So House Speaker John Boehner wore a baseball cap out to breakfast, just in time for President Obama to apologize for his fumble. Since politics mixes enough metaphors to turn homeruns into bricks, and slam dunks into touchdowns into knockout blows, it's fitting that the Toronto Argonauts want the jersey off Mayor Rob Ford's back as much as the face of Obamacare wanted off the Healthcare.gov Website. After a week that Sarah Palin took on the pope, and Democrats looked like Republicans (who looked like Democrats used to) in squaring off against each other, here's a glimpse of some of the stories your ABC News political team will be tracking in the week ahead:
Be sure to watch "This Week" Sunday when we go one-on-one with Sen. Kirsten Gillibrand and Gov. Scott Walker.
It was a "fumble" – two fumbles, actually – according to President Obama, and they've cost him credibility with lawmakers and the public on his signature accomplishment. To extend the metaphor, the fumbles happened with the clock running down, and with some teammates headed for the locker room – if not the opposite sidelines. A "fix" that complicated the policy may have helped marginally with the politics, but Democratic jitters over the shaky rollout will continue to exert pressure the White House will be feeling. If Healthcare.gov isn't ready for full demand by the end of the month, let's just say that would be the kind of turnover games are lost over. Look for more votes that will put Democrats, particularly those with tough 2014 races to face down, in difficult binds.
No, this is not an elephant joke. New Jersey Gov. Chris Christie takes over the Republican Governors Association next week, as the nation's GOP state chief executives convene Wednesday and Thursday in Arizona. At least 26 Republican governors are expected to attend, and there's a decent chance the next GOP nominee for president will be among them. As Washington Republicans see their brand tarnished, stars are being cultivated in state houses. Wisconsin's Scott Walker, New Mexico's Susana Martinez, Indiana's Mike Pence, and Louisiana's Bobby Jindal join Christie as possible occupants of slots on national tickets sometime soon. Here's guessing they will have a thing or two to say about the president's leadership.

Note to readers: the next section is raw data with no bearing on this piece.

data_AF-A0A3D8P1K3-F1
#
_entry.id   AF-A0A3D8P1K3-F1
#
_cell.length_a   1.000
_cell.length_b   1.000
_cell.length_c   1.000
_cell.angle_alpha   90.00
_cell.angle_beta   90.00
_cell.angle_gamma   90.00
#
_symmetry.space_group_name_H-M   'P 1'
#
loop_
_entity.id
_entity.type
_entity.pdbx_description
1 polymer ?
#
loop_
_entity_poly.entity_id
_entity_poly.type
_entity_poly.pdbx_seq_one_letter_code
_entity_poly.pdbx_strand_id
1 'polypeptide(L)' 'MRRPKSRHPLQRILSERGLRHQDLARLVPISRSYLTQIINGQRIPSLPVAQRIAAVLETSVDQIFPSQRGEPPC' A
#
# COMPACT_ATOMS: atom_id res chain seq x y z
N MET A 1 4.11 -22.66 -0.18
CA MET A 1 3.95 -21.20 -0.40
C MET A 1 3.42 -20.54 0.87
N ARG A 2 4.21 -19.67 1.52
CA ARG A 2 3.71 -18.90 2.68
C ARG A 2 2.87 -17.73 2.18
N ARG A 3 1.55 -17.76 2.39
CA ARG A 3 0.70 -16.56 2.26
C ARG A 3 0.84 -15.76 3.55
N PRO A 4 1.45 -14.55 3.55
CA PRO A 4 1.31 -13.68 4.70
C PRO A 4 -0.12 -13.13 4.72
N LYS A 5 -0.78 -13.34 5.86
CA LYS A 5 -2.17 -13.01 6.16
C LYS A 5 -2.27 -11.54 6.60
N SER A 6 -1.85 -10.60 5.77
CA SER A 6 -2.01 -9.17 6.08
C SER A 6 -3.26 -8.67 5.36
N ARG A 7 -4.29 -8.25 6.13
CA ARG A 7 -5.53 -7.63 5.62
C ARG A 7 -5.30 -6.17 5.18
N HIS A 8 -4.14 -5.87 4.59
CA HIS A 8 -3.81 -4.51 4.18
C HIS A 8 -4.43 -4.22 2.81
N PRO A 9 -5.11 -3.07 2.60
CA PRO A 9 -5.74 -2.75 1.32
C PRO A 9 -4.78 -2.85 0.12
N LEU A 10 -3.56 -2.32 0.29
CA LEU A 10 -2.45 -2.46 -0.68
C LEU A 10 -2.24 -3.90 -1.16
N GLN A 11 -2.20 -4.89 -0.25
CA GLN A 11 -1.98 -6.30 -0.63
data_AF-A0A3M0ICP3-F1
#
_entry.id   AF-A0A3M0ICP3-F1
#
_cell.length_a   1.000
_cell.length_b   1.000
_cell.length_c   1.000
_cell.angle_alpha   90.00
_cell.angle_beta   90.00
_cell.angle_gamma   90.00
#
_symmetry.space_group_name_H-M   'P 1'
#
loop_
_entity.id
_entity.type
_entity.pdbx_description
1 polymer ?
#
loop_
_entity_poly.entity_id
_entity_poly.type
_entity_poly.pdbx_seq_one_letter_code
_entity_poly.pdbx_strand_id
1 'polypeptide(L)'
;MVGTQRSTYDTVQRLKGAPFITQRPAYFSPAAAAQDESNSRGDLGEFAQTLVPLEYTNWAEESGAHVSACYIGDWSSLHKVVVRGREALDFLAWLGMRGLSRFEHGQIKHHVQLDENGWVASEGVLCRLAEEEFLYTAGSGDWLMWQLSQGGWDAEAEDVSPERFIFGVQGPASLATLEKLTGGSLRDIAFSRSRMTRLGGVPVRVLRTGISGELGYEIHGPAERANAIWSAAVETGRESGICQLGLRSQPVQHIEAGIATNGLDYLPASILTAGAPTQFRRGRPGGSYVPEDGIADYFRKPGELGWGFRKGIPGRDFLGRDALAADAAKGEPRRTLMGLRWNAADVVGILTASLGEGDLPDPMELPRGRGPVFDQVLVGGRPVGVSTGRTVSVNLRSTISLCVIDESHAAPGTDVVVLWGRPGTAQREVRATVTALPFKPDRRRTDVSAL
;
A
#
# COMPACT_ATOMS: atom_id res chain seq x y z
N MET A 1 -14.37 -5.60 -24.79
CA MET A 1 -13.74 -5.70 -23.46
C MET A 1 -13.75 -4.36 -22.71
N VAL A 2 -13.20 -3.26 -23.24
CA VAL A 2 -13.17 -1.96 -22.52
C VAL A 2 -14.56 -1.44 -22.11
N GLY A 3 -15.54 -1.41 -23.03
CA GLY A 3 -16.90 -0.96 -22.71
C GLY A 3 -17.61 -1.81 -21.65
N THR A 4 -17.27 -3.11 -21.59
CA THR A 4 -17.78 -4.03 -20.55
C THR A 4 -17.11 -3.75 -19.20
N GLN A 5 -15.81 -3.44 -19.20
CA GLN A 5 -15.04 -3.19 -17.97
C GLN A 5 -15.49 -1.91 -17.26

There's voting going on in a few interesting places in the coming days, in races that will be dissected for national import. On Saturday in Louisiana, the runoff in a special-election House race pits two Republicans against each other. Both are opponents of Obamacare, but the underdog is less outspoken about it, and he's got one of the stars of "Duck Dynasty" on his side. Meanwhile, the latest front in the abortion wars lands in Albuquerque on Tuesday, where voters will decide whether to ban abortions later than 20 weeks into pregnancies. The city would be the first municipality to take such a step (13 states have done so, and the House passed a federal ban that's now stalled in the Senate), and the ban includes no exceptions for rape or incest. Passing the ban would be seen as a big victory for abortion-rights opponents, in a generally liberal pocket of the country.
There was a way-back time, around maybe August, where we were looking forward to a fall flurry: immigration reform, another push on gun control, maybe even a budget deal, and possibly sweeping tax reform. Now? Not so much. Among the casualties of Obamacare's rocky rollout are just about every other legislative priority for the year. We'll see some last gasps around scattered priorities, most notably immigration reform. But House Republicans don't feel much pressure to deliver on that or very much else that isn't connected to undoing all or part of the new health care law. The outlook for actual lawmaking for the rest of the year doesn't look all that bright.
After years of American presidents championing new sanctions against Iran, the Obama White House is lobbying against any such steps. It's an attempt to buy time from a skeptical Congress, as negotiations with Iran get set to resume next Wednesday in Geneva. "Let's test how willing they are to actually resolve this diplomatically and peacefully," President Obama said Thursday. But the Israelis and even many of the president's allies in Congress aren't in a testing mood, and they could seek to bind the administration's hands even before talks fire up anew. Mixed signals out of Iran about how much the nuclear program has slowed down is complicating the early positioning.
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